Sunday, August 25, 2019

A Couple of Good Places to Find Icebreaker Activities

Every year at about this time I get a handful of requests for ideas for icebreaker activities. In fact, I found of one of those requests this morning in my inbox. Here are the two sites that come to the top of my mind when I'm asked for places to find icebreaker activities for classrooms. is an online catalog of dozens of fun icebreaker and team builder activities. The activities are categorized by group size and activity type. To find an activity appropriate for your group just select your group's size then use the activity type key to find "get-to-know-you games," "team building games," or "active (break a sweat) games."

How Do You Play? is a free site that offers directions on how to play icebreaker games, team building games, board games, card games, and many other in-person multiple player games. You can browse the games featured on the homepage or search through eight game categories for the game that you need the directions to.

Applications for Education
We often think of icebreaker and team-building activities as things we do at the beginning of the school year. But as we know, getting to know our students is an on-going process. The next time you're looking for a team building activity, take a look at or How Do You Play?

ICYMI - Practical Ed Tech Podcast #3

Last weekend I announced that I've started a podcast that I'm simply calling the Practical Ed Tech Podcast. The podcast consists of the audio from my Practical Ed Tech Live broadcasts on YouTube.

In the latest episode I highlighted some news from the world of educational technology including a neat augmented reality app and new book from Scott McLeod and Julie Graber. In the second half of the episode I answer a handful of questions from readers like you.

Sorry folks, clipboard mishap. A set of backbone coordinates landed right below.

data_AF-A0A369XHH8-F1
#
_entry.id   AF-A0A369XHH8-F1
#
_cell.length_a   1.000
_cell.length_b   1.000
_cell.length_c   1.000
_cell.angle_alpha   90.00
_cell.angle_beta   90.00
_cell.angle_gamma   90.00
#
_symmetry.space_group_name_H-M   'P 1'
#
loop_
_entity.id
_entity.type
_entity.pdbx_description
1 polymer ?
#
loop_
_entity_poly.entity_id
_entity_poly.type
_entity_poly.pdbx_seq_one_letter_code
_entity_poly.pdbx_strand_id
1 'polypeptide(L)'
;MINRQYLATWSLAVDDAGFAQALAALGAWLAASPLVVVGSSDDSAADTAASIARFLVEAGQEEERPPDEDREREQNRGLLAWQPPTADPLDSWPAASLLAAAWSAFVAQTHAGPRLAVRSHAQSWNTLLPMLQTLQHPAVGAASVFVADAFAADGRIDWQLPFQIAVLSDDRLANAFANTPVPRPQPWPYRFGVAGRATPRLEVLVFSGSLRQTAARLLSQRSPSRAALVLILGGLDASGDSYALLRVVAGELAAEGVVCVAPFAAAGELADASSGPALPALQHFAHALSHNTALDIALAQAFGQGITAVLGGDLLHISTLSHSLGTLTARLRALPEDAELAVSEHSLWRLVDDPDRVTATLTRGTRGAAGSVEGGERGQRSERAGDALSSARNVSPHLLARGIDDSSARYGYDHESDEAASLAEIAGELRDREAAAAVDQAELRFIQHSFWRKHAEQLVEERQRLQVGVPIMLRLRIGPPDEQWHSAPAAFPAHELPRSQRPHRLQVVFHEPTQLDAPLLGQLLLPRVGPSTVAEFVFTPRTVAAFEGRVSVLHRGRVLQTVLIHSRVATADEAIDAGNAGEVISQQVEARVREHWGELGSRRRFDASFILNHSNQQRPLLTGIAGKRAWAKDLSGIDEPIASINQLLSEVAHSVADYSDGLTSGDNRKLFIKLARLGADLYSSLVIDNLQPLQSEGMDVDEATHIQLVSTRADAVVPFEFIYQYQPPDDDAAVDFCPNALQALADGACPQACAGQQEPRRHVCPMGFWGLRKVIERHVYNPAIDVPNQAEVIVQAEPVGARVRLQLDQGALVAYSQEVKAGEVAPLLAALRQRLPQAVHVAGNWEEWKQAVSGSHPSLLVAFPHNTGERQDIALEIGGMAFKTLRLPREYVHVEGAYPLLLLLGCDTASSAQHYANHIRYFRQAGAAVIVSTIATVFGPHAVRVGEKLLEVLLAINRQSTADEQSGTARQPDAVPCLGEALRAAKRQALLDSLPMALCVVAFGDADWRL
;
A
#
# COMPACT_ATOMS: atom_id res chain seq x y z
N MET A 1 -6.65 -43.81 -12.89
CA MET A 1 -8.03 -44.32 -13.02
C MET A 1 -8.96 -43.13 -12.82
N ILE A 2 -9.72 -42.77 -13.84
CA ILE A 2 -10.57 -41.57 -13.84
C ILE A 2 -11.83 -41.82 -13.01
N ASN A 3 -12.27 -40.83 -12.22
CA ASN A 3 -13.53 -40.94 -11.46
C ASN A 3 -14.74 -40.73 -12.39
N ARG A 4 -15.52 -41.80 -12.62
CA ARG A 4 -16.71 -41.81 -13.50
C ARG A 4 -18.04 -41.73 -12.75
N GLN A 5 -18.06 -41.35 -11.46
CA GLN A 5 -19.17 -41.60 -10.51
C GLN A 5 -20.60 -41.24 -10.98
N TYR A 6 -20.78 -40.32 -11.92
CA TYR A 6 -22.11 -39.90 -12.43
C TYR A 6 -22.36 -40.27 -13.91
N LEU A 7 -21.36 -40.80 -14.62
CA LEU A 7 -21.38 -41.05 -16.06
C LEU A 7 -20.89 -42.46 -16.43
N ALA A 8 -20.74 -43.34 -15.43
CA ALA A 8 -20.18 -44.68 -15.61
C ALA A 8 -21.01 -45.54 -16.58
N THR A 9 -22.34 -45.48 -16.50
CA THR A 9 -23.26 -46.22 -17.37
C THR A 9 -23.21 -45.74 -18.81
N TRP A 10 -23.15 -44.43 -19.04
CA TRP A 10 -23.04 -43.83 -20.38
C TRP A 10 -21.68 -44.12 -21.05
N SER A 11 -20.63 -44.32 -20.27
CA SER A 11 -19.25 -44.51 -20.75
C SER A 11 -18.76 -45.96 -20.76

You can get the podcast through the Anchor app, on Spotify, on Google Podcasts, on Radio Public, and in Pocket Casts. Find the option that works for you right here.

Four Good Places to Find Audio Files for Multimedia Projects

Whenever I talk to students or teachers about using music in multimedia projects I emphasize that just because a song is available to stream or download through the Internet, doesn't mean that you have the rights to re-use it. Therefore, you should strive to use public domain or Creative Commons licensed music. To that end, here are four good places to find free audio files to use in your multimedia projects.

Dig CC Mixter offers thousands of songs that are Creative Commons licensed. The site is divided into three main categories. Those categories are Instrumental Music for Film & Video, Free Music for Commerical Projects, and Music for Video Games. Within each category you can search according to genre, instrument, and style.

Bensound offers about 250 music tracks that you can download for free. Those tracks are arranged in eight categories. Those categories are acoustic/folk, cinematic, corporate/pop, electronica, urban/groove, jazz, rock, and world. You can listen to the tracks before you download them. When you click the download button you will see the clear rules about using the music.

SoundBible is a good place for students to find all kinds of free sound effects recordings. Students can download files as MP3 or WAV files. And best of all, students don't need to register on the site in order to download the files. But they do need to remember to cite the source of the sound effects as most are labeled with a Creative Commons license. Learn more about SoundBible in my short video embedded below.

Anyone can download music from the Free Music Archive for use in podcasts, videos, and other digital presentation formats. Downloading music from FMA does not require any kind of registration. In the following video I demonstrate how to find and download free music from the Free Music Archive.

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